In the first game of the day-night doubleheader, the Red Sox picked up three hits and one walk, including one homer. They won 3-1.
In the second game, the Sox picked up three hits and one walk, including two homers. They lost 6-2.
Now, setting aside for now that this is just another example in a worryingly long list of the recent offensive downturn that has left the Sox with an 11-10 record dating back to the end of July, let's see what made the difference.
- Sequencing -- There's something to be said for dumb luck. When Jacoby Ellsbury hit his home run in the first game, the other two hits had come right before, making it a three-run shot. In the second game, Ellsbury and Tek both went deep without anybody on. It's what you'd expect with only two other baserunners, but still.
- Defense -- Primarily that of Jed Lowrie, who was partially responsible for one failed attempt at catching a runner at home, and completely responsible for a second one which came on a rundown following a pickoff attempt. Of course, he also started the first triple play the Sox have pulled off in 17 years, so I suppose there's that.
- Bullpen availability -- From Bard and Papelbon to Albers and Morales is a pretty steep dropoff. Albers was made to go two innings, and was hurt by ground balls in the second, while Bard and Papelbon just plain shut things down.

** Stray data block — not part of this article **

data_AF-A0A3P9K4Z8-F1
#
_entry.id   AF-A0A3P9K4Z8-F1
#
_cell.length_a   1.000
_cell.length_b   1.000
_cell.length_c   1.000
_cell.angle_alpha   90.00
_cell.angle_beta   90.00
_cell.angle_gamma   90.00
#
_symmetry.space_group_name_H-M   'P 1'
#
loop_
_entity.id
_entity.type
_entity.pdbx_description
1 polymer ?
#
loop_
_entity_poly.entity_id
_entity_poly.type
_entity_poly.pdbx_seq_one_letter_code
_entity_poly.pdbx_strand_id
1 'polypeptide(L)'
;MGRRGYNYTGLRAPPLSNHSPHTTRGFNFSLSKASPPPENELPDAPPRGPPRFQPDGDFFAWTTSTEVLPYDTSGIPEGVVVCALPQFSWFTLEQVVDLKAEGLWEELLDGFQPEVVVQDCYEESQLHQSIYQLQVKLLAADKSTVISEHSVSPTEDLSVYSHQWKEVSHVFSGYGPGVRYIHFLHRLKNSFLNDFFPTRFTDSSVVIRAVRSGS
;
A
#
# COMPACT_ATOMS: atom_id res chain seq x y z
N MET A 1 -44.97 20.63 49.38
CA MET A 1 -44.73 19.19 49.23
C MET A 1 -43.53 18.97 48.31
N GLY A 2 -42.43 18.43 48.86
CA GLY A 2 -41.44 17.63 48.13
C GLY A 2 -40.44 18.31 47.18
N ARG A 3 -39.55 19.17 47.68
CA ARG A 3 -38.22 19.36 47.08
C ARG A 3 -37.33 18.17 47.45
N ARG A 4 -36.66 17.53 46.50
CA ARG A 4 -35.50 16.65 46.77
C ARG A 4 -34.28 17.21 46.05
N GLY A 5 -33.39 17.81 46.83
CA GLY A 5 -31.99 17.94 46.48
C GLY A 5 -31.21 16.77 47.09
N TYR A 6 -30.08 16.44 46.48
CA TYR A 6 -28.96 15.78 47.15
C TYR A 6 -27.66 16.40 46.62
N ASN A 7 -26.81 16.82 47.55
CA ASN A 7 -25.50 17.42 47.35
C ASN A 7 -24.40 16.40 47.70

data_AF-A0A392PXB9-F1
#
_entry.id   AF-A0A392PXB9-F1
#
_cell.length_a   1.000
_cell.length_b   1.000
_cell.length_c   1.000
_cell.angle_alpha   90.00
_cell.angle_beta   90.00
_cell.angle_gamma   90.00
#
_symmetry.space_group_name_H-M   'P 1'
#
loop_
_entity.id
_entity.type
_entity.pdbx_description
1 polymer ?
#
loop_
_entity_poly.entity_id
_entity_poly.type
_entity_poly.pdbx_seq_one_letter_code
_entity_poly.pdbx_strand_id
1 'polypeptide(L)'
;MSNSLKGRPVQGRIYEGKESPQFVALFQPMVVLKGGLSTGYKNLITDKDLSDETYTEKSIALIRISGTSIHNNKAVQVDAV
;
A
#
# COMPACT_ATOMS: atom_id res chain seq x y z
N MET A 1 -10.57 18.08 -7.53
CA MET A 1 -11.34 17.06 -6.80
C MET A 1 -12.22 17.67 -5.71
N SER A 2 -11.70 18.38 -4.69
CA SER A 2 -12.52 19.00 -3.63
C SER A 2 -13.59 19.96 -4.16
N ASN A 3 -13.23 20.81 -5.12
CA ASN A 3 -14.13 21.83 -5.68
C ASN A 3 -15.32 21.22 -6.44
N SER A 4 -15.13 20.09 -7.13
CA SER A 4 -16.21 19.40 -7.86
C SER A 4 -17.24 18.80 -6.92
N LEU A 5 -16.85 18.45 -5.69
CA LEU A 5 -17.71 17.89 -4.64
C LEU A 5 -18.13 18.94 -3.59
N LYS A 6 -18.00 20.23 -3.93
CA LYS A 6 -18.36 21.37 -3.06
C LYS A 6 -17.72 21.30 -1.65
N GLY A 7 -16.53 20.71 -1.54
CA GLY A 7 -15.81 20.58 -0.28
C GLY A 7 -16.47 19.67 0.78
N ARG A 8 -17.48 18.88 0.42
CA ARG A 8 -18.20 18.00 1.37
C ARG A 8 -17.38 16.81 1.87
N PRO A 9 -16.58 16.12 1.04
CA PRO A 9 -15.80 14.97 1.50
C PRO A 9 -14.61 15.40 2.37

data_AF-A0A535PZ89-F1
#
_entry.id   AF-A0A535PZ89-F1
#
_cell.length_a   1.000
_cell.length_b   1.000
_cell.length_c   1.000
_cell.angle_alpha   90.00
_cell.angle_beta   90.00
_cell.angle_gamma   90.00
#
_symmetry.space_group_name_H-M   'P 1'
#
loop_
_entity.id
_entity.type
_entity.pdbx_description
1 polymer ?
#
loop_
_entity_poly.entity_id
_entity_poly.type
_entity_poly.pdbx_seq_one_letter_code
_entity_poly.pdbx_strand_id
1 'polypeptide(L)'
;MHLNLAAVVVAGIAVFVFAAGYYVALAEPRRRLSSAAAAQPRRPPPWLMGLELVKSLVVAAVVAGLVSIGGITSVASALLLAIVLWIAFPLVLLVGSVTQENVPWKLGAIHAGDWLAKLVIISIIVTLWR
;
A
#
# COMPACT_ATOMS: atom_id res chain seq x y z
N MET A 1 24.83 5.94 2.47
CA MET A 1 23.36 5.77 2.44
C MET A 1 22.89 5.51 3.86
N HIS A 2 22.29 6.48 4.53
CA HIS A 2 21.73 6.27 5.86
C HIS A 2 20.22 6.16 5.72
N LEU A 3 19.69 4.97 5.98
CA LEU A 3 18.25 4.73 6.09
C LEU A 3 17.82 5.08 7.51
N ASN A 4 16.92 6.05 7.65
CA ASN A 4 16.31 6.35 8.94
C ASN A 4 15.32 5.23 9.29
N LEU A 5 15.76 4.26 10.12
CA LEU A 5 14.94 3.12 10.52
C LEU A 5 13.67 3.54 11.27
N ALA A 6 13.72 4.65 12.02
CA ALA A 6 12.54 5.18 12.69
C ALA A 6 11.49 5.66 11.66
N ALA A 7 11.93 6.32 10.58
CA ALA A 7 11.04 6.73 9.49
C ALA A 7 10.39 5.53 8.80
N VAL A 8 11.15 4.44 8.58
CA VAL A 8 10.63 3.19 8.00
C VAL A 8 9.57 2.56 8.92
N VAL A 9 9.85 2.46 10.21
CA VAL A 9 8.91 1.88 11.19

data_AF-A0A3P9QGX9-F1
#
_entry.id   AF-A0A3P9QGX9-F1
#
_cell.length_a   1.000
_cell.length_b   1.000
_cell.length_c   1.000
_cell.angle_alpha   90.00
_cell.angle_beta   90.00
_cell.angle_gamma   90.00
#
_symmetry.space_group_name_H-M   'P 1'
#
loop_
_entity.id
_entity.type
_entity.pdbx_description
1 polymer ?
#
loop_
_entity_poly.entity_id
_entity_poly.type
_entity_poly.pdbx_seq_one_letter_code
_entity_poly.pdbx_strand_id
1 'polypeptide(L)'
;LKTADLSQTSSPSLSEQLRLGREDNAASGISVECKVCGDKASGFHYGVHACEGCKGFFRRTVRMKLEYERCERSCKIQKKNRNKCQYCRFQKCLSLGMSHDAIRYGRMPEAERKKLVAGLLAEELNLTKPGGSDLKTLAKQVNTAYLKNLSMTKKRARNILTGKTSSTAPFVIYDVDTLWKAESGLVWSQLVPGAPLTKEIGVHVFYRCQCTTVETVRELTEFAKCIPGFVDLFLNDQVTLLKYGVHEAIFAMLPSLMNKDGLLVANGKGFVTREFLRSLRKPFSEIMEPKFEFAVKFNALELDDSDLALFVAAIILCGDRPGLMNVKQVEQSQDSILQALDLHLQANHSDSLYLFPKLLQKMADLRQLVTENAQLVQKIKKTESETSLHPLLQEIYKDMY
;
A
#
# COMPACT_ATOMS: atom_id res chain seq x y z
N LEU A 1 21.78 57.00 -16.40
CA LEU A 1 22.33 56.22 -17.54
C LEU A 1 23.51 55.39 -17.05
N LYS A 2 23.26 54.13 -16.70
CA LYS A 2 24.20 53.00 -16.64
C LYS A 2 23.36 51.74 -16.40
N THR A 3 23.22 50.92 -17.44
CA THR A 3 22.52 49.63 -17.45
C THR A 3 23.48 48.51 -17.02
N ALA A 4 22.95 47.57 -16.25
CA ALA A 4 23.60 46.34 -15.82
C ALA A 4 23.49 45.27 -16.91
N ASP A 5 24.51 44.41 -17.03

- A Non-Catch -- This one's hard to really complain too much about given how close and amazing it seemed, but Desmond Jennings' leaping grab at the wall was not a clean catch. The ball caught wall, and it's possible that could've gone a long way in unsettling Niemann early.
Ultimately, though, the catch was ruled an out, the Sox did fail to get the runner at home twice, and the resulting 1-to-3 run swing led to some rather looser bullpen management thanks to the doubleheader situation.
Though the final score makes it less-than-obvious, this should be acknowledged as another pitchers' duel. Jeff Niemann was just as amazing as he was the last time he shut down the Sox, and we can be glad that it seems unlikely that he'll have a chance to factor into the postseason. Meanwhile, Erik Bedard did the best he could with a defense behind him that allowed two runs to score in an inning where there was only one real hit (and no walks) allowed. Altogether the Seattle import continued to prove effective, throwing six innings and allowing just one earned on seven hits, six strikeouts, and zero walks. The result was negative, but he is the last person who should be blamed.
The Sox go for the series win in what is now just--God help me--eight hours. Hopefully the Sox will keep doing that winning thing they've done in almost every Lackey start in recent memory.